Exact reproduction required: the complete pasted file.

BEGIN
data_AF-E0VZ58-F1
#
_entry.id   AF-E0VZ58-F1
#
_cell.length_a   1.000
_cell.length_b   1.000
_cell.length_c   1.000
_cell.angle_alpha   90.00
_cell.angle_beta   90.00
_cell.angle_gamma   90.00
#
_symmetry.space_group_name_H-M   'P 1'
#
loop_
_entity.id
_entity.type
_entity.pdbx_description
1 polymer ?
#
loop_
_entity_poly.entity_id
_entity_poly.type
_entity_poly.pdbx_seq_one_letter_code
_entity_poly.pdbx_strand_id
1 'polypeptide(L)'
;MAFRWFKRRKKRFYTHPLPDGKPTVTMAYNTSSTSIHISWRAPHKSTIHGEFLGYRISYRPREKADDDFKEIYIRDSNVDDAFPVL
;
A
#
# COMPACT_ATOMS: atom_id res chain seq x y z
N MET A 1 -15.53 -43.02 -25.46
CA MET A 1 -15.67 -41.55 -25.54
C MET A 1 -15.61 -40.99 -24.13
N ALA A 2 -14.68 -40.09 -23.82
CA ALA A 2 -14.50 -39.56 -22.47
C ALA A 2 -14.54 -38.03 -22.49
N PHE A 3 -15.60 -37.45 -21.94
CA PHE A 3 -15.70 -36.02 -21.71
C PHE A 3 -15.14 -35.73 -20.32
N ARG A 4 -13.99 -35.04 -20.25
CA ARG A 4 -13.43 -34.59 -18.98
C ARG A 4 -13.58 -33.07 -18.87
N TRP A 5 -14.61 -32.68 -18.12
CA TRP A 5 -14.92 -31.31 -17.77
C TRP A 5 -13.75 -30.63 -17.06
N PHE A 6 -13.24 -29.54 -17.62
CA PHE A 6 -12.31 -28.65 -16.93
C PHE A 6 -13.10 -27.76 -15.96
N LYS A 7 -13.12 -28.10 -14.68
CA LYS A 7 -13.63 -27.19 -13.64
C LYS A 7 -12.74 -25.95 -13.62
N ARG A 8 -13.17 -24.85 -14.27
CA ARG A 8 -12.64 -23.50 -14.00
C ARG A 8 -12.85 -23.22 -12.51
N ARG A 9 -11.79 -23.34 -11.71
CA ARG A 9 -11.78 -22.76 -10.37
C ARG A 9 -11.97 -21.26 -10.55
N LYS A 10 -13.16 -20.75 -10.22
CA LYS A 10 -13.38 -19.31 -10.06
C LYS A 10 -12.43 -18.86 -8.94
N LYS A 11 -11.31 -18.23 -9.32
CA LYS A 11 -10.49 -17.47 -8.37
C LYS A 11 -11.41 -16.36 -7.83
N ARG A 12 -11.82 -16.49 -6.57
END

data_AF-E0VZ58-F1
#
_entry.id   AF-E0VZ58-F1
#
_cell.length_a   1.000
_cell.length_b   1.000
_cell.length_c   1.000
_cell.angle_alpha   90.00
_cell.angle_beta   90.00
_cell.angle_gamma   90.00
#
_symmetry.space_group_name_H-M   'P 1'
#
loop_
_entity.id
_entity.type
_entity.pdbx_description
1 polymer ?
#
loop_
_entity_poly.entity_id
_entity_poly.type
_entity_poly.pdbx_seq_one_letter_code
_entity_poly.pdbx_strand_id
1 'polypeptide(L)'
;MAFRWFKRRKKRFYTHPLPDGKPTVTMAYNTSSTSIHISWRAPHKSTIHGEFLGYRISYRPREKADDDFKEIYIRDSNVDDAFPVL
;
A
#
# COMPACT_ATOMS: atom_id res chain seq x y z
N MET A 1 -15.53 -43.02 -25.46
CA MET A 1 -15.67 -41.55 -25.54
C MET A 1 -15.61 -40.99 -24.13
N ALA A 2 -14.68 -40.09 -23.82
CA ALA A 2 -14.50 -39.56 -22.47
C ALA A 2 -14.54 -38.03 -22.49
N PHE A 3 -15.60 -37.45 -21.94
CA PHE A 3 -15.70 -36.02 -21.71
C PHE A 3 -15.14 -35.73 -20.32
N ARG A 4 -13.99 -35.04 -20.25
CA ARG A 4 -13.43 -34.59 -18.98
C ARG A 4 -13.58 -33.07 -18.87
N TRP A 5 -14.61 -32.68 -18.12
CA TRP A 5 -14.92 -31.31 -17.77
C TRP A 5 -13.75 -30.63 -17.06
N PHE A 6 -13.24 -29.54 -17.62
CA PHE A 6 -12.31 -28.65 -16.93
C PHE A 6 -13.10 -27.76 -15.96
N LYS A 7 -13.12 -28.10 -14.68
CA LYS A 7 -13.63 -27.19 -13.64
C LYS A 7 -12.74 -25.95 -13.62
N ARG A 8 -13.17 -24.85 -14.27
CA ARG A 8 -12.64 -23.50 -14.00
C ARG A 8 -12.85 -23.22 -12.51
N ARG A 9 -11.79 -23.34 -11.71
CA ARG A 9 -11.78 -22.76 -10.37
C ARG A 9 -11.97 -21.26 -10.55
N LYS A 10 -13.16 -20.75 -10.22
CA LYS A 10 -13.38 -19.31 -10.06
C LYS A 10 -12.43 -18.86 -8.94
N LYS A 11 -11.31 -18.23 -9.32
CA LYS A 11 -10.49 -17.47 -8.37
C LYS A 11 -11.41 -16.36 -7.83
N ARG A 12 -11.82 -16.49 -6.57